Fur-get It.

Since forever, animal rights has been hot on the press. As a nation obsessed with pets, we hold animals in very high regard. It is probably why the whole cat in the wheelie bin thing was so outrageous and why Victoria Beckham is receiving no praise for her crocodile handbag.

What intrigues me the most is the ethical debate one undertakes before deciding their position on the matter. If one goes through it at all. Can it really be that wrong to wear an animal, if you would happily eat it anyway? Understandably the logical answer would be that fur is not a necessity, so we should not kill for the sake of fashion. But if I was to wear an animal I knew had died before it was skinned, you would most probably still find that distasteful.

Others opt for a preferential argument, in that they would contentedly wear cows (as they would be eaten anyway), but of course not their beloved animal Mr kangaroo; regardless that kangaroos would also be killed for meat. Can we really feel so strongly about animal cruelty only to selective animals? Should they not all equally have a piece of our sympathy? Of course it would be difficult to care for everything in equal measures; I certainly do not hold that much compassion in me. However on such a broad subject as animal rights, unless you are campaigning for a particular cause, it seems ludicrous to rank your ethics.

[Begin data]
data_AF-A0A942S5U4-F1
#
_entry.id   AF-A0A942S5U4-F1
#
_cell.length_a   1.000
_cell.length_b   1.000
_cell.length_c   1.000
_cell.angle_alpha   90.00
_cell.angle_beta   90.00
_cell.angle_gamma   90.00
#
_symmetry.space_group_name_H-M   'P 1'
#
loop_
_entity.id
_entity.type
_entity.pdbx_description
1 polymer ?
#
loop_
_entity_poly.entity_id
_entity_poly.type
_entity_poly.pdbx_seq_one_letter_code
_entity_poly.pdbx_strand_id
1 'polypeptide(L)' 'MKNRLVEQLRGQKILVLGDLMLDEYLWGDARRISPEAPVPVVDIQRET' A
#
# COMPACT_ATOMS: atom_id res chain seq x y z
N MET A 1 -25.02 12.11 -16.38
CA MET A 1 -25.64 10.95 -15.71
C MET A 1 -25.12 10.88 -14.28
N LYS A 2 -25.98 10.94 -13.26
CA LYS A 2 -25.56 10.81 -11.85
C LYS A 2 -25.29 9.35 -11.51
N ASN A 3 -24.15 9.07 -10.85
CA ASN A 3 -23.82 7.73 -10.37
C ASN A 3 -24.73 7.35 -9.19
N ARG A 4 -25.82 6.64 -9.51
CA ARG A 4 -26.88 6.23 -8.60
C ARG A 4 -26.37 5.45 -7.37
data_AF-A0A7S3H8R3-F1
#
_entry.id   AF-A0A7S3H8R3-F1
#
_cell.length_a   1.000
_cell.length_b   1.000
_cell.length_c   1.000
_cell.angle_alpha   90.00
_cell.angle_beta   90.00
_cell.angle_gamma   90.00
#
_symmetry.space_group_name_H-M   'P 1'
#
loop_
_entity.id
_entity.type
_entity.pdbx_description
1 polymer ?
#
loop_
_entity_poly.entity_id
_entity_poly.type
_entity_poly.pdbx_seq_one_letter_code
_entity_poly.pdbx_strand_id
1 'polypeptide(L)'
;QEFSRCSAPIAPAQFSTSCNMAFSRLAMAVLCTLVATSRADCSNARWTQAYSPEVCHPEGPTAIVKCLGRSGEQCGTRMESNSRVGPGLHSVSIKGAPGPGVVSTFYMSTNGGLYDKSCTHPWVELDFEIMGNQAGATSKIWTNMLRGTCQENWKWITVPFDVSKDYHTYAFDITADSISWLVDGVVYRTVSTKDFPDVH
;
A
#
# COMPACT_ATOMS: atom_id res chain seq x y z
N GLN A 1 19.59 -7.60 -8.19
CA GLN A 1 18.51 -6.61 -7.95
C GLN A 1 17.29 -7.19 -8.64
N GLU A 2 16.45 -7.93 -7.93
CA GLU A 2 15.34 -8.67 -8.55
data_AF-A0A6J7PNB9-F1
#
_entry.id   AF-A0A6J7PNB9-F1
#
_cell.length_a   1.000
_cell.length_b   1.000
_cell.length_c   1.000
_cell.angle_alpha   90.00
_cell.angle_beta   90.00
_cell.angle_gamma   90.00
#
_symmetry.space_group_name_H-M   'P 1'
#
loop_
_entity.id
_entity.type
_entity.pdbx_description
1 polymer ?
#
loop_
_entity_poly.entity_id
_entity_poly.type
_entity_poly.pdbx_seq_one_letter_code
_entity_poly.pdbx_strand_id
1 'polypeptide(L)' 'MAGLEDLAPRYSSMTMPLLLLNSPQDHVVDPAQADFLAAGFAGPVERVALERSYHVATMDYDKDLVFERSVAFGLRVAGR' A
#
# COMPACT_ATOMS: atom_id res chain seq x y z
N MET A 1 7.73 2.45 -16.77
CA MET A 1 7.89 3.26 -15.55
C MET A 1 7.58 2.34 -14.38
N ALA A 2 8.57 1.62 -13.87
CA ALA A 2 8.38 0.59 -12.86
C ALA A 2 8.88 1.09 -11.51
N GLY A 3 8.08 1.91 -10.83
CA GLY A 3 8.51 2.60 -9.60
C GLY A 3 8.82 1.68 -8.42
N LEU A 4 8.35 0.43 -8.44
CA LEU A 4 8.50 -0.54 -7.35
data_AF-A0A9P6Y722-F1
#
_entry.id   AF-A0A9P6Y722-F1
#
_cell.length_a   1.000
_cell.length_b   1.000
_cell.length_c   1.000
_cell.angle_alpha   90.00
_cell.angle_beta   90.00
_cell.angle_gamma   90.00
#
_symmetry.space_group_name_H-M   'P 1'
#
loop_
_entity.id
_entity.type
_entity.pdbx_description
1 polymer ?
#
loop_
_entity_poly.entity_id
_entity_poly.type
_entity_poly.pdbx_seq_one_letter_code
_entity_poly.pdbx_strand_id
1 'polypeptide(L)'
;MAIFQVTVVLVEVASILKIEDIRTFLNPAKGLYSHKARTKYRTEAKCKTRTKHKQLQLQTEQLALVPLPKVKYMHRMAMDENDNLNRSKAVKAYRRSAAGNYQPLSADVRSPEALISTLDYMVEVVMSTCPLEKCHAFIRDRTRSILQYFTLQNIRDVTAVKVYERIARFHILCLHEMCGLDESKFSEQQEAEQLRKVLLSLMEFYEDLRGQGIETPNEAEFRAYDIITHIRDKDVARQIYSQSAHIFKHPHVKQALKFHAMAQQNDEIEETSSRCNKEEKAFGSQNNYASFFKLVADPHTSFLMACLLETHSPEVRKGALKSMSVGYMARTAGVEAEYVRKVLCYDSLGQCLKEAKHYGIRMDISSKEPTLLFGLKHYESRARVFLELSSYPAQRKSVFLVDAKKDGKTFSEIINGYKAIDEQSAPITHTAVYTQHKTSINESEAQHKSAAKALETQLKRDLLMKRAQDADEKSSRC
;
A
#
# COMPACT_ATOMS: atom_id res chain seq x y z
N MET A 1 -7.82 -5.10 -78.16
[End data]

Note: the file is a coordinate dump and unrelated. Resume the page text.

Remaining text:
It appears individuals rank their ethics quite often, almost unknowingly. I may be obsessive over recycling anything and everything I can get my paws on, but this does not mean I am favouring the environment over the poor child in Asia who spends 18 hours a day sifting through dirt. The consequence of being a do-gooder does not always win all round and I have no qualms admitting that.

Taking us back to the animal rights example, if one was to buy a variation of an animal product for the greater good, one could consequently be condoning exploitation of workers in factories. Surely if such a statement is to be made, one should not give preference to animals over human beings?

Often these are not choices for us to make, it takes too much thinking and research for a normal day. I cannot be sure if I have killed any animals, exploited any workers, caused any heartache or aggro, when I am suckered into the world of consumerism. I can be sure that I will remain impartial, detach myself from the pictures of slaughtered animals to the meat on my plate. The struggling families working for a penny an hour are oceans away, but I will still watch the programmes, screw up my face and feel uneasy by what I see. But then I will get on with my day, save the preaching, because it is not like I give to charity or would actively help anyway.

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